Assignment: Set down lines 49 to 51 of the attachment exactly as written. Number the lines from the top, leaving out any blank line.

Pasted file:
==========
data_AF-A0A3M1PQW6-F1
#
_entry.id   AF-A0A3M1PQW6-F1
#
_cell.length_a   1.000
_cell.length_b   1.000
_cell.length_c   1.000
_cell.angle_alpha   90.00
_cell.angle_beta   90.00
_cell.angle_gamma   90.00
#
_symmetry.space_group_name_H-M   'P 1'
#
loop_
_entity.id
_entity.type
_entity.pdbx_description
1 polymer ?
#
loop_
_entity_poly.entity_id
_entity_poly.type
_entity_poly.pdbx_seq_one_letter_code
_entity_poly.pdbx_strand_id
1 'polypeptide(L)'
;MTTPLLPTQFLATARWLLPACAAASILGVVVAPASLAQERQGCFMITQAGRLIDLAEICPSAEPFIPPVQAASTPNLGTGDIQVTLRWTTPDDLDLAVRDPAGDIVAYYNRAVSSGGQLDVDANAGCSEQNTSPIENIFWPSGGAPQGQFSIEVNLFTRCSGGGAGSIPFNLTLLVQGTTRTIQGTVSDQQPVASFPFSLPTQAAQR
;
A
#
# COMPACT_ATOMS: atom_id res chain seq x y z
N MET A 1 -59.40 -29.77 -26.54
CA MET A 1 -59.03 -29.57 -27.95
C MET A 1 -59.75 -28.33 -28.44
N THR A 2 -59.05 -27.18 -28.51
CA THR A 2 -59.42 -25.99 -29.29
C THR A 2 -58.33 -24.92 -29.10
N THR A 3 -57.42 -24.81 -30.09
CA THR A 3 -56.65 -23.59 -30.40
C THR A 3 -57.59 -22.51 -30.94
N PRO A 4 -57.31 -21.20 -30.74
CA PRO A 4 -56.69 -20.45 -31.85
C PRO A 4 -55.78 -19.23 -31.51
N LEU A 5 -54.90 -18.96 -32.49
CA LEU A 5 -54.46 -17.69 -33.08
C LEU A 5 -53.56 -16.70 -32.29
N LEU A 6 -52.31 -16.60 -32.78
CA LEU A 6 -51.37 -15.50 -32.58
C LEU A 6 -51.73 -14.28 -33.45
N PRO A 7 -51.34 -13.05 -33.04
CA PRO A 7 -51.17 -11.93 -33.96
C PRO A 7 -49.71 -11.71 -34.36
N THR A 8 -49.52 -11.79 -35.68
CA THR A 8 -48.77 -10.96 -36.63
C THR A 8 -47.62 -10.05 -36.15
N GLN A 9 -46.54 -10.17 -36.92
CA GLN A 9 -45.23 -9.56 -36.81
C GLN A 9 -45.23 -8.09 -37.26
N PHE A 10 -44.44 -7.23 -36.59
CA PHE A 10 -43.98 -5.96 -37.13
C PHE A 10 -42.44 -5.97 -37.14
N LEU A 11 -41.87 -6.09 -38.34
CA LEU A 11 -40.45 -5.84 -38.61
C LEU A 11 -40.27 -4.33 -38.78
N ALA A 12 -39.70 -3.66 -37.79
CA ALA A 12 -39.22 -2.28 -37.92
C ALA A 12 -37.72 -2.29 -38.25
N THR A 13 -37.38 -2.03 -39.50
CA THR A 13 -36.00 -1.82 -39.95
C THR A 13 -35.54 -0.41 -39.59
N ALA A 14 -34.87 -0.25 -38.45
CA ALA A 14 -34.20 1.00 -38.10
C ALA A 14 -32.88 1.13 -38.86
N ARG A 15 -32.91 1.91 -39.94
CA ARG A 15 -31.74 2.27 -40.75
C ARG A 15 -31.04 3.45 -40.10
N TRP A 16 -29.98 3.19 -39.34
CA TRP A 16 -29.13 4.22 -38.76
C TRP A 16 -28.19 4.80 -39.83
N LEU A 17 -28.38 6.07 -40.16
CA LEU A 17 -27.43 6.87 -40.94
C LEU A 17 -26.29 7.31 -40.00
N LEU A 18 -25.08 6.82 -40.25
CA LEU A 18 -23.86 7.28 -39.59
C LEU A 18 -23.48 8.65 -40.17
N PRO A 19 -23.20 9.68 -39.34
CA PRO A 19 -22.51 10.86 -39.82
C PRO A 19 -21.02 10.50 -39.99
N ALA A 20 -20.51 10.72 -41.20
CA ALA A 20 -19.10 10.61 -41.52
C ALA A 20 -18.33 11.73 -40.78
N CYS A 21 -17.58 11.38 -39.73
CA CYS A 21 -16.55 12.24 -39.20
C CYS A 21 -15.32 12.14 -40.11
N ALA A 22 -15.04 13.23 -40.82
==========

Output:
N PRO A 7 -51.34 -13.05 -33.04
CA PRO A 7 -51.17 -11.93 -33.96
C PRO A 7 -49.71 -11.71 -34.36